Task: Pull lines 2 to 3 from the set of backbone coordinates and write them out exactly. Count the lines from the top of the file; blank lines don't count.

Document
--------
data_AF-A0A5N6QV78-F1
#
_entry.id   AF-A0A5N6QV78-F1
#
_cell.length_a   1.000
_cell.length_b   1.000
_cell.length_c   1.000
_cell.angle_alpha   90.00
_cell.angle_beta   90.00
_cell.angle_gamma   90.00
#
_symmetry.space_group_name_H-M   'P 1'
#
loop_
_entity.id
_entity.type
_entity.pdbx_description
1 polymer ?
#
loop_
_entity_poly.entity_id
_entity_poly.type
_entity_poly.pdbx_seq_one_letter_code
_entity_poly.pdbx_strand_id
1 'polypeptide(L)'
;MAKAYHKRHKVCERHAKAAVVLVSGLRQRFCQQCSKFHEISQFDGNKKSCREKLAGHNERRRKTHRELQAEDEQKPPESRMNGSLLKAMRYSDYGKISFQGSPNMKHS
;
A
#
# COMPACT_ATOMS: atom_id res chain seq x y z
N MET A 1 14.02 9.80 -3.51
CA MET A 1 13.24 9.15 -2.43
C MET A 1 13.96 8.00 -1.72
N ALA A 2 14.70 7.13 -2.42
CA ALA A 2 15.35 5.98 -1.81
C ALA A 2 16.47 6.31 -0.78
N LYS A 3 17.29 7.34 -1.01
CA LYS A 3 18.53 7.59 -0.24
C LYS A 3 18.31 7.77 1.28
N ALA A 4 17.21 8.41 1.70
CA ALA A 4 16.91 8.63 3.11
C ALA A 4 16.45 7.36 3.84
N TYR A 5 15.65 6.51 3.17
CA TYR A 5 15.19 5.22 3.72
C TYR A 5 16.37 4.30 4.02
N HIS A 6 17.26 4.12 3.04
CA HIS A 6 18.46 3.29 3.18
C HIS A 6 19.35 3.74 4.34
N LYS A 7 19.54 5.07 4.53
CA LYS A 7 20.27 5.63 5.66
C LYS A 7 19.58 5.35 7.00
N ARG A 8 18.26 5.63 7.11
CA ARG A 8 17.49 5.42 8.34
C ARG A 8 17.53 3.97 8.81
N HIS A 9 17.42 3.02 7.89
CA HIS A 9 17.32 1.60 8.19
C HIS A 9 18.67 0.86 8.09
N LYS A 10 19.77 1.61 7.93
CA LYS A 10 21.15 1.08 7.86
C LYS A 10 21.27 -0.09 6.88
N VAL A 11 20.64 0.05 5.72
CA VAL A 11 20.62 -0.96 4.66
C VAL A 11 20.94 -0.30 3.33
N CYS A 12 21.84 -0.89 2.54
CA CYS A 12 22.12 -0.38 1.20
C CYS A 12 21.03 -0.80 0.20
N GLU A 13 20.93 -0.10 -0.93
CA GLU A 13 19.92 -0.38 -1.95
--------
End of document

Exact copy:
#
_entry.id   AF-A0A5N6QV78-F1